NPR’s Tiny Desk Contest draws thousands of entries from musicians across the country. This year, one of those entries came from a group in LaPorte headed by a rapper who is a teacher by day.
Joe Ruiz sort of got pushed back into creating music.
“I had some students who kind of dug up some sound files that I had archived on SoundCloud and one day, one of came into my classroom and was like ‘hey, Mr. Ruiz,’ and he began to verbatim rap a song called Change that I had written in like 2005.”
After college Ruiz had gotten away from making music. He got married, had kids and wasn’t even thinking about it until the students dug up his old stuff and started asking, “When are you gonna make some new music?”
That lead to a gofundme page, which lead to a recorded song, which started selling. Half the profit went back into more music, the other half went as a donation to the food bank at Ruiz’s church.
The PAX Center is using that money to fund an outdoor community garden and food education space in downtown LaPorte.
Ruiz ended up recording an entire album. And Rhymer/Educator was born.
At that point Ruiz was working with pre-recorded beats and sound guy, Mike Warner. Their pastor at State Street Community Church started playing the tracks as background during events and the group gained two new members, Dave Farris on keys and Chris Kribs on drums.
“You had overheard the music and you said that ‘man this is really cool’ then I explained well it’s that guy standing over there that did it. And you and CJ were already kind of working out music together but didn’t really have a formed solid idea of what you wanted to do. And I was like, ‘well let’s go introduce you to Joe,’” Warner recalled.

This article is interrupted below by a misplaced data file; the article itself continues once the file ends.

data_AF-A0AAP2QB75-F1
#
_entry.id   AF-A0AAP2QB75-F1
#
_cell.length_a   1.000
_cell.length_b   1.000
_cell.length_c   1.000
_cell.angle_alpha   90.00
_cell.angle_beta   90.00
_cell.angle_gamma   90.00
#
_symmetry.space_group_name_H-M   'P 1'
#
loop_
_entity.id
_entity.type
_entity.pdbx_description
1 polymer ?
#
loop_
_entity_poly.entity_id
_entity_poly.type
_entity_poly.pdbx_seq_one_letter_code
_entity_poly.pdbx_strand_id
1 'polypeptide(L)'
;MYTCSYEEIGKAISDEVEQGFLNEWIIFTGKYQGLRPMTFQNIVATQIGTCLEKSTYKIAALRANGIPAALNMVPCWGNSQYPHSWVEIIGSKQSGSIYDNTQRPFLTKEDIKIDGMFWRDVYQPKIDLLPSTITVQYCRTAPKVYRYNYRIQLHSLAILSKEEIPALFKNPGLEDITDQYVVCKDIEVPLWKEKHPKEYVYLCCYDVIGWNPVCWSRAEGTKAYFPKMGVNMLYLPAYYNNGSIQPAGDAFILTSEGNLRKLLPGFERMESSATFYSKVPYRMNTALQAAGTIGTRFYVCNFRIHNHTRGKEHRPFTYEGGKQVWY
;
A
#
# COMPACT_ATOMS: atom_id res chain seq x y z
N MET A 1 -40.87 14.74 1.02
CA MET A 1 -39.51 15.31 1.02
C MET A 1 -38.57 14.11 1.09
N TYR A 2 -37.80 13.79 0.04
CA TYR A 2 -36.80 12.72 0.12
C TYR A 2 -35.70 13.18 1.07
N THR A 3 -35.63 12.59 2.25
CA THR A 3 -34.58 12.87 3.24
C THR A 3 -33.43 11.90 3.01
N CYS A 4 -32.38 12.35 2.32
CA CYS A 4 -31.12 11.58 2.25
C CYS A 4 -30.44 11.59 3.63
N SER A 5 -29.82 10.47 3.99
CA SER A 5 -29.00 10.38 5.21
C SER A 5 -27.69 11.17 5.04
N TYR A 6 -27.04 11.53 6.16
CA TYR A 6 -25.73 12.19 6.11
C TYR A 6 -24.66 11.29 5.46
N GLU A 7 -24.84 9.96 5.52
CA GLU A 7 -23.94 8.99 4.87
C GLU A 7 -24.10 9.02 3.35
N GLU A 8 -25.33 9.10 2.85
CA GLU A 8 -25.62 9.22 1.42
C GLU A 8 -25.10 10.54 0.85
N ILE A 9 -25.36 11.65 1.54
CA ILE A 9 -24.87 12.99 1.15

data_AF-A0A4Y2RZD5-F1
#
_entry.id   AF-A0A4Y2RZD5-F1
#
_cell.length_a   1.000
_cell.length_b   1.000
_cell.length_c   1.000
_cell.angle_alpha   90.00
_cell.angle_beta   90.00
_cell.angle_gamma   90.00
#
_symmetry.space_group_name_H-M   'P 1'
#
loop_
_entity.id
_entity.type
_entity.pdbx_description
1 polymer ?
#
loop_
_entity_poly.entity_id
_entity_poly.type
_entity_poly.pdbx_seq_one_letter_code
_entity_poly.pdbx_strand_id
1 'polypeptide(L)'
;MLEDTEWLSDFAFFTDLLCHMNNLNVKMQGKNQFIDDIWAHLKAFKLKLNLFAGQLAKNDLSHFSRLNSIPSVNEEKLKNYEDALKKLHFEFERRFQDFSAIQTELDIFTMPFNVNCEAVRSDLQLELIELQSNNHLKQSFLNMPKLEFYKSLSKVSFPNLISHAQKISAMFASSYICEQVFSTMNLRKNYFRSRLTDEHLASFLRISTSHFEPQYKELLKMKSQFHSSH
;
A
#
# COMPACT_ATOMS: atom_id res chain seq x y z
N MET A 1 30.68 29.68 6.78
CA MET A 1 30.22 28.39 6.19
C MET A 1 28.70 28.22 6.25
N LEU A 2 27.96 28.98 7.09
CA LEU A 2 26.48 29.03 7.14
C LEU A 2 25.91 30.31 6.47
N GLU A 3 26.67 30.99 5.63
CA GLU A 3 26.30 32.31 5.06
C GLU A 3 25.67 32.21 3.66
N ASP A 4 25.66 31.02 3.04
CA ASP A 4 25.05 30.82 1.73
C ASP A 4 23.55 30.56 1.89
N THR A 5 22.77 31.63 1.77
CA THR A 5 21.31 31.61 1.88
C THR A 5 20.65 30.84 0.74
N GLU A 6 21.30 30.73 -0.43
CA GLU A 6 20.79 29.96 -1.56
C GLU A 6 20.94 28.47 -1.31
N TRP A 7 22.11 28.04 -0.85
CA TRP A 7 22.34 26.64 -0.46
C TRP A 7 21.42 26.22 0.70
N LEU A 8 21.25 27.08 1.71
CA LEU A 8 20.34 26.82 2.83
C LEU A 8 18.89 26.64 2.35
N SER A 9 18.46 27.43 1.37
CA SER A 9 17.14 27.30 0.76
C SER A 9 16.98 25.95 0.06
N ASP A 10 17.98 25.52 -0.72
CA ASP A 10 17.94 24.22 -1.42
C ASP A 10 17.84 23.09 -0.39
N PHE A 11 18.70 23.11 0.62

The group needed some low sound, so they advertised for a Bass player on Facebook and Chris Bendix saw it. “Once I heard the music I thought this could be really cool, you know?”
Together they create a sound that’s different than what Ruiz had on his own. It’s more jazzy, less straight beats.
The whole group is a fan of NPR’s Tiny Desk performances. They learned about the contest this year almost too late.
“I just happened to see on Twitter maybe that they were accepting submissions for the contest and this was like” “It was like a day before” “It was two days. Two days before the deadline and I was like ‘hey guys we gotta make one of these videos and submit it.’”
So they crammed into Ruiz’s actual classroom at LaPorte High School, around his desk and knocked out a video.
“We like, ripped apart my desk, took my computer off and everything and like pulled the desk out set up the drumset and the instruments.”
“It fit the Rhymer/Educator label to do it in a classroom," Ruiz said "So when the submission rules said that there needed to be a desk somewhere in the shot and I just thought it’d be really cool to have a real teachers desk, in the performance, in the shot.”
Ruiz and the band don’t think they’ll win the contest but he said it’s been a great opportunity to see other great musicians and have others see them.
“I found myself just going through and watching all of the Tiny Desk entries and so I thought, I’m seeing all these talented people and I’m taking time out to go through and watch all of their submissions and artist tend to be people who just like art and like other music and they’re probably going through and listening the same way.”
Ruiz said they’re planning to enter again next year, with more time to work on the video. The winner of the Tiny Desk Contest will be notified Friday.